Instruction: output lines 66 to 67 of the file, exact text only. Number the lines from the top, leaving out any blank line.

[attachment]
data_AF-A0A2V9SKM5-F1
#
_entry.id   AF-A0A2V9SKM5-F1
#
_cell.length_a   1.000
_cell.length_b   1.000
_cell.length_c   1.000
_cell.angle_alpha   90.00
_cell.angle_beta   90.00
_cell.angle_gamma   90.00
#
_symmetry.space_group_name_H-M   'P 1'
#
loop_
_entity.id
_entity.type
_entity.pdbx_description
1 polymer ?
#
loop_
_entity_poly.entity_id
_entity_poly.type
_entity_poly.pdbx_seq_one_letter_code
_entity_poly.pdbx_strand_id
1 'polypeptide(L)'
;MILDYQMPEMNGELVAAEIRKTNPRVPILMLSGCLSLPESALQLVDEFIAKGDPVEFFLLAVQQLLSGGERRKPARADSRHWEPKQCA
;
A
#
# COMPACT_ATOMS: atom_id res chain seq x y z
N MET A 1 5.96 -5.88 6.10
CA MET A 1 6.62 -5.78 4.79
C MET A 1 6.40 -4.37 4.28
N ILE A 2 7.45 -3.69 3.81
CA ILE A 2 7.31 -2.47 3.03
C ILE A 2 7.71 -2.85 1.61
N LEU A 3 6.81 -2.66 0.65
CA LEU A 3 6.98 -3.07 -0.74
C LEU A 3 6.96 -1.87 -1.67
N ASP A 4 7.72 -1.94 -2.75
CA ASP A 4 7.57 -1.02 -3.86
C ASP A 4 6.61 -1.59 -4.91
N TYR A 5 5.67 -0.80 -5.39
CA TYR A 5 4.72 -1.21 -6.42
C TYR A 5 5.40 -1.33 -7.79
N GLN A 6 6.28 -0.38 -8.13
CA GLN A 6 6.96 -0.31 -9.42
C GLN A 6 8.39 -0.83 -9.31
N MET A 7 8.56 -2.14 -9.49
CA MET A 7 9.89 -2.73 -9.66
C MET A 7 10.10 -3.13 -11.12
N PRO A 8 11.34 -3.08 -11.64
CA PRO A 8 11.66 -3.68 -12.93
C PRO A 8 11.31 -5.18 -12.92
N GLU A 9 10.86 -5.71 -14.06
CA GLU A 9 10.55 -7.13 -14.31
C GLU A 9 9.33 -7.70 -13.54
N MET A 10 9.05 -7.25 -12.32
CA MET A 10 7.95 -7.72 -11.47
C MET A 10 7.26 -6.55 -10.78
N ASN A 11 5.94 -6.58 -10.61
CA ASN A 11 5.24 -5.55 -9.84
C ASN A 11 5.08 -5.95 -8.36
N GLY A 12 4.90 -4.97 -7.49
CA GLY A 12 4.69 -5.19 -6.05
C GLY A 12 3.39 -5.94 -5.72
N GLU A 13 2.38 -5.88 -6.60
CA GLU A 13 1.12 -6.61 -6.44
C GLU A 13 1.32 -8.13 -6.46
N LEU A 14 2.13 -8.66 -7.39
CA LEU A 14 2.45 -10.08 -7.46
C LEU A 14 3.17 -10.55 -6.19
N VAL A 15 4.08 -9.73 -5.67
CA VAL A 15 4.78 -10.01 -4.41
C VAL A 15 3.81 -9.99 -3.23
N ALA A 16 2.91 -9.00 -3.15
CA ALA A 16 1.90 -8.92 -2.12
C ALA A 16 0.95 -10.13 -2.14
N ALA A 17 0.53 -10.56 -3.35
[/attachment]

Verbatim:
C GLY A 12 3.39 -5.94 -5.72
N GLU A 13 2.38 -5.88 -6.60